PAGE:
Time to decide

Dear Bloggers,
Question I asked my jobcoach (someone from the dole office that should help you finding new opportunities, they haven’t been much help yet. As everything that I did or found they could not help me with.) I am at a career crossroads with two viable but very different options to consider. One is a job on a cruiseliner as a bartender and the other one might be a reasonable chance on a contract with the bus company. So I asked her “What suggestions do you have about sorting through them and making a decision?”
Answer from my jobcoach: This comes down to knowing yourself and thinking carefully about the likely short- and long-term results of each choice.
That is a correct answer but can I do something with this answer or is it again actually what they say: “Sorry we don’t know but you have to sort it out on your own.” To give you an impression about how the phone conversation went with this young lady who did a study in communication for years. We talked for half an hour about actually nothing. I was left with more questions than answers.
The conversation part about the inner game
Before thinking about the options, think about yourself. Consider what you like best about your professional life, how you'd like your days to be occupied, the amount of structure you prefer, the amount of interaction as part of a team — all of the concrete and intangible aspects that go into professional satisfaction.
Think, too, about how you'd prefer work to fit as a part of life as a whole. You may want to put a lot of attention on career or business building, or you may be looking for more flexibility and balance. There is no right or wrong here; however, understanding your preferences will help you evaluate your choices.
Remember to assess your financial requirements so that you are clear about your needs in terms of compensation and benefits.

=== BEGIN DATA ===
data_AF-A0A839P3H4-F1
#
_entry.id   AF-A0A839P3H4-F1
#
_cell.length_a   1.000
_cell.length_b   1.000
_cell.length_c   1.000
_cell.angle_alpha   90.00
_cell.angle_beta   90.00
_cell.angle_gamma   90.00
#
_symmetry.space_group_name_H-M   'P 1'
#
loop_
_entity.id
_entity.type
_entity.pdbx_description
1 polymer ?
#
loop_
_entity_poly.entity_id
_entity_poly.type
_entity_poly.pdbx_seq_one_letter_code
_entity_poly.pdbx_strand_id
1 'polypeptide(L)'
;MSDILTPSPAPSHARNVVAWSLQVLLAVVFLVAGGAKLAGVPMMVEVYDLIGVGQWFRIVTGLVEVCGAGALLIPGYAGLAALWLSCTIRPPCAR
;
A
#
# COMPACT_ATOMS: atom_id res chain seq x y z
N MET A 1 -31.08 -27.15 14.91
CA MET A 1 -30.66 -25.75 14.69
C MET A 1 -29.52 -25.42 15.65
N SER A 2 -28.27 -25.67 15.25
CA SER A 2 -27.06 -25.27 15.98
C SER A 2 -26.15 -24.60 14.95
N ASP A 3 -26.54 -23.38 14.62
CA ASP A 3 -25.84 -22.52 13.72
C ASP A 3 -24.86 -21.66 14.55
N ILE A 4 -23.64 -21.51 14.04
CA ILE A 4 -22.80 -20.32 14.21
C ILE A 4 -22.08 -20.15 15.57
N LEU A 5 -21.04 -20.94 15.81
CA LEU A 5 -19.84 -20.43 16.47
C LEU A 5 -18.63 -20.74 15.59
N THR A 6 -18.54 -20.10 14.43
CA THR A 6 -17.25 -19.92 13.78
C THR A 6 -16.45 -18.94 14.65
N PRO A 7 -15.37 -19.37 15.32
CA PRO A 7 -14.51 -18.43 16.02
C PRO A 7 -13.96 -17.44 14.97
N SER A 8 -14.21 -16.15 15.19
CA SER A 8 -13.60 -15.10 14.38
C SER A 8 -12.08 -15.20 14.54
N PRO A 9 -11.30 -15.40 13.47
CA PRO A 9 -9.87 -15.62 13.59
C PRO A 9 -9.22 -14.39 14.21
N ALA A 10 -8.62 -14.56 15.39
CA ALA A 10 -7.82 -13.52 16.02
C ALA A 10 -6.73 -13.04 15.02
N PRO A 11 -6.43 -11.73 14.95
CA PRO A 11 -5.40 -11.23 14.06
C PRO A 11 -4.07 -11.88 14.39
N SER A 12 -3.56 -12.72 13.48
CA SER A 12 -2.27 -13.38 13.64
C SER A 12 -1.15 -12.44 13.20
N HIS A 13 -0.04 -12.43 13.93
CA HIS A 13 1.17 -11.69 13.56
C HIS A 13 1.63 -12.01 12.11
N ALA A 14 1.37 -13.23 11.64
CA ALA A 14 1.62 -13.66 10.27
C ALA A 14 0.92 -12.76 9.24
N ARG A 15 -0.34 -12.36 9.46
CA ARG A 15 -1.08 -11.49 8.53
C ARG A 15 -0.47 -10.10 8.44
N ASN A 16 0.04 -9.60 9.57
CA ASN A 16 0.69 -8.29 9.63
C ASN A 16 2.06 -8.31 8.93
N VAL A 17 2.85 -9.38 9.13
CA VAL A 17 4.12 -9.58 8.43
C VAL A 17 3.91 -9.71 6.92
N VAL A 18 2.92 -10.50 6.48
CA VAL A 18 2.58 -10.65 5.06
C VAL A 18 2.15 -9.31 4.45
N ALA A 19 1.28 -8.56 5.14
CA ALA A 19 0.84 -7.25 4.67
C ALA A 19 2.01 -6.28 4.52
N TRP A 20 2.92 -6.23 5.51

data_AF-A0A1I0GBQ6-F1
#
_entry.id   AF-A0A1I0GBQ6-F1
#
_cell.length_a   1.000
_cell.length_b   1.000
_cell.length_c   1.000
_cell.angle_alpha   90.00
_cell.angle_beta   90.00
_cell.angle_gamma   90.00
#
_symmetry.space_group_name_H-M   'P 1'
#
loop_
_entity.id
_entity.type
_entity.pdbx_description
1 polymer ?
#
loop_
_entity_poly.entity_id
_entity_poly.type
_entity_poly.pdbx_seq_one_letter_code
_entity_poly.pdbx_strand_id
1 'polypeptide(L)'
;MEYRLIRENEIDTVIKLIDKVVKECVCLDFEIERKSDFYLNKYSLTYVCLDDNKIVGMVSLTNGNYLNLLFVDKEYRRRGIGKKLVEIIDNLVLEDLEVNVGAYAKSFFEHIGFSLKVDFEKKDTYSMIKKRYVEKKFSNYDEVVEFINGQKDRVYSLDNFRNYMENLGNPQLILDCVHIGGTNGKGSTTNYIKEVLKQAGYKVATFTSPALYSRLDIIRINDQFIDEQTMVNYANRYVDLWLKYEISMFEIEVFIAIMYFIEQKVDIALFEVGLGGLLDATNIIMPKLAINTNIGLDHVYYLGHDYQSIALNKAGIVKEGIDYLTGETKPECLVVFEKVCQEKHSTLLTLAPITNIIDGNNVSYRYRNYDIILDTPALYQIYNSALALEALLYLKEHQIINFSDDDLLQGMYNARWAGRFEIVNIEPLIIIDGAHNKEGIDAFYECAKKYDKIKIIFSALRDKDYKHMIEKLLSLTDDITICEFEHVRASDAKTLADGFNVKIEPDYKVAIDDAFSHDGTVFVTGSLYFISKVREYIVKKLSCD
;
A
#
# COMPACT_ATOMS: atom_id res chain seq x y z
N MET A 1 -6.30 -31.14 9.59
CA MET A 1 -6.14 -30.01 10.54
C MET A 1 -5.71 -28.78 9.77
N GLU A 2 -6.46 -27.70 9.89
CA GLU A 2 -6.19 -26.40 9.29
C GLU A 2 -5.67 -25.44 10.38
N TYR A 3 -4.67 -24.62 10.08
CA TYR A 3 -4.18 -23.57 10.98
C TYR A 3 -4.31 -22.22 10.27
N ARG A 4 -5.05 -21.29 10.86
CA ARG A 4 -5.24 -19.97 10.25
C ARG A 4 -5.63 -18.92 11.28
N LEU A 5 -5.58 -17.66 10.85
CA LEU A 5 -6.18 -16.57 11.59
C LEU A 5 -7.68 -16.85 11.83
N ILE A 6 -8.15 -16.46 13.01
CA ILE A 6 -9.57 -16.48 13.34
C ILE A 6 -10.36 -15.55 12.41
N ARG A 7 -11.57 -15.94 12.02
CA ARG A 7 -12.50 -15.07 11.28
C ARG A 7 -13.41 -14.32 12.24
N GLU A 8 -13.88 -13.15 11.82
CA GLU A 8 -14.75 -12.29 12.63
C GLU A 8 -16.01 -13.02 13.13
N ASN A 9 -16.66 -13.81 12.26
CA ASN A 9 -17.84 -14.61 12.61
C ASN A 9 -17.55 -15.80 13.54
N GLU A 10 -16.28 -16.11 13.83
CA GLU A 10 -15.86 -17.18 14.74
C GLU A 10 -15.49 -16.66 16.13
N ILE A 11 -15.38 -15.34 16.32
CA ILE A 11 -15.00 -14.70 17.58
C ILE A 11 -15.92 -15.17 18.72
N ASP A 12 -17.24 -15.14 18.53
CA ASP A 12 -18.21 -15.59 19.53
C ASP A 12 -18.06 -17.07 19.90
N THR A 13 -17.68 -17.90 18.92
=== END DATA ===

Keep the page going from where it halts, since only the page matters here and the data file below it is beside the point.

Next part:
Once you've immersed yourself in thinking about how you'd like to live your life, consider each option in turn. Try closing your eyes and imagining yourself in the new role. Walk yourself through a day or a week, and don't just take the happy path. Also imagine the hard days and notice how you feel about the challenges you'd face. Also think about how each fits with your professional and personal preferences.
The part about the outer game
I assume from your description of the options as "viable" that you have looked at the pragmatic aspects. If not, be sure that you're doing so, creating a financial plan or investigating the compensation and benefits so that you don't come up short.
Get some sounding board help, talking to friends, family and advisers you can trust to give you feedback. Keep in mind that their own biases and preferences may show up, and also remember that it's your decision and that you must make it for yourself. That being said, input from others will be a valuable resource in clarifying your next steps.
There may be questions that have arisen from your reflections on the positions. If so, gather more information from others. For example potential employers who are part of your potential next steps.
The inner game revisited
To get to your goal of a confident decision, return to a reflective mode. Incorporate all the information from the above phases, and notice which option is more attractive. Try closing the door on each and see how that feels. Which alternative is more energizing? Where do you feel more loss from leaving the option behind?
You may feel some anxiety about making a decision. This can go with the territory, but take an honest look to see if it reflects a genuine concern that needs to be addressed. Otherwise, you may just have to accept that jitters are part of moving forward, and that once you've decided, you don't need to second-guess your choice.
Summary of the conversation
Reflect, consult and reflect again to arrive at a well-grounded decision.
My jobcoach is a credentialed coach with more than 12 years of experience. How can you tell people these kind of things if actually never ever had a real job in the real world. How can the government be so blind to waste so much money on these idiots. Just put up a sign with the text “Sort things out yourself.”
Hmmm.....has anyone a better suggestion? I am really in doubt and I need to get my act together as I will need to make a decission soon. Why is life so complicated if it comes to deciding?
The Old Sailor,


  1. Tsja daar bent u dus ook niks wijzer van geworden,
    dat had de buutvrouw ook wel kunnen vertellen denk ik,
    erg he daar gaan onze belasting centen dus aan op,

    ik wens u en uw familie hele fijne paasdagen,
    groetjes que.


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